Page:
Yesterday, carers across the country went on a virtual strike. I must admit, I didn’t really understand the rules of the strike. I’m sure I probably missed something but I did read lots of tweets and Facebook postings from carers describing how difficult their lives were. I understand where this is coming from but I’m not sure it does us, as carers, any favours.
I feel the narrative around carers is totally polarized. On the one hand, carers are talked about as “poor, unrecognised, exhausted, carrying a huge burden”. This is understandable but plays right into the system’s hands. Because the solution to that sort of narrative is a pat on the head and the offer of a pampering day. Prostrate with gratitude for being pampered, the carer then goes about their caring business for the rest of the 364 days of the year. Tied in with this theme, is the idea of the carer as a “hero”. Another dead end – being flattered doesn’t get us anywhere. Being compared to Achilles is the carer’s Achilles heel. I know this may piss a few people off but I don’t think carers help themselves at times. Many times, someone will come into one of the carers groups that I belong to, describe their life (usually seeing it as shite) and tentatively ask for advice. Along comes someone with a useful suggestion and it often leads to fury on the part of the original poster. What they really wanted was a pat on the back for their martyrdom and any suggestion that they could move out of the victim space was met with indignation.
At the other end of the polar spectrum is the carer as “warrior”. One success in sorting out some respite and you become a “warrior carer”. I feel this as unhelpful as the victim narrative. A facile label of a warrior can deflect attention away from genuine need. Puffing up the ego never works in the long run, partly because their is a trip wire between warrior and victim that is seldom noticeable until you’ve fallen arse over tip.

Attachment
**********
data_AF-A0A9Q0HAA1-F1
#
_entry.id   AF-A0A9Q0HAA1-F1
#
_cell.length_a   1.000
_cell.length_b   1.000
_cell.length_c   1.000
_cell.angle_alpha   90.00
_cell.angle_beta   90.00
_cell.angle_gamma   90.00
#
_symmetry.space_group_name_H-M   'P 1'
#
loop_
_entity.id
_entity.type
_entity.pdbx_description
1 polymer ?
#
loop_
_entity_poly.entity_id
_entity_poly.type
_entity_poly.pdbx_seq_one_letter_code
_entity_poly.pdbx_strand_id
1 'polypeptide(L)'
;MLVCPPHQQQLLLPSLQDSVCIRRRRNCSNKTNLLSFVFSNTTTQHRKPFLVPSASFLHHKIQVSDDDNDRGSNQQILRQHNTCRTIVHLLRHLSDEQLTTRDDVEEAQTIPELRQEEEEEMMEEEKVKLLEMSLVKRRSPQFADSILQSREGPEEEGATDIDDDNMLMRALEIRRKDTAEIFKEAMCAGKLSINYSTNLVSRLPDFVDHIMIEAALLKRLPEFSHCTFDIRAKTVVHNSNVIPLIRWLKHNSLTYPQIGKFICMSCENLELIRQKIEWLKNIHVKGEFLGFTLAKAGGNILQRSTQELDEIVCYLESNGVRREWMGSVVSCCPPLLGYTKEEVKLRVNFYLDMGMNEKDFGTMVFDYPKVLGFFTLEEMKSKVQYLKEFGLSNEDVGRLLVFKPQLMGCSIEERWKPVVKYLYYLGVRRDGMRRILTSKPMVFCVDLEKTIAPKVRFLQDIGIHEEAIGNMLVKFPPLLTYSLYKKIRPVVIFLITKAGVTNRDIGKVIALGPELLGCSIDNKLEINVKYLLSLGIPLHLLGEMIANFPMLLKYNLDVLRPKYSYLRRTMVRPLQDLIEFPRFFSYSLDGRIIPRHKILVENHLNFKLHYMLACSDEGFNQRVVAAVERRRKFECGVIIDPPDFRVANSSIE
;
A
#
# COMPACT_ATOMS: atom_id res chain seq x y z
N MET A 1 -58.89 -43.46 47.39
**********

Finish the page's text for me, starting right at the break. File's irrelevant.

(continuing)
The social care world has lost its soul, so there is no point appealing to it. All of the language I’ve mentioned above is emotive and the system is well versed in how to deal with emotional stuff. It doesn’t even touch the sides. My call, is for the almost impossible. Despite carrying out a role that is drenched in emotion, we have to take the emotional element out of it, particularly when we are dealing with the State. Use your friends, the forums, your therapist (if you have one) to work through the emotional minefield of being a carer but park it before you go into a multi disciplinary meeting. Talk in practical, almost business like terms. Be an equal and resist all attempts to paint you as a victim, a hero or a warrior.
I’m going to put this to the test again in a few weeks. I’ve got a meeting where I’m going to request more respite. I know I’ve had a full on three weeks but I’m knackered (emotional word!). One respite night every two weeks is no longer doing it for me. Thirteen days on 4/5 hours sleep has me walking through the town centre, spotting a bench and thinking: “Oooh – that looks comfy. I might just have a nice sit down for a few minutes”. I suspect that I’m just getting used to being 55. I don’t think I’m ill – I just don’t have the Duracell energy that I had at 45.
But if I go into the meeting and say all that, I will not be heard. I’ll probably come away with a leaflet for a local carers group and be told to contact them for support. Not respite – just support. So, another approach is needed. One without the emotional charge. Watch this space……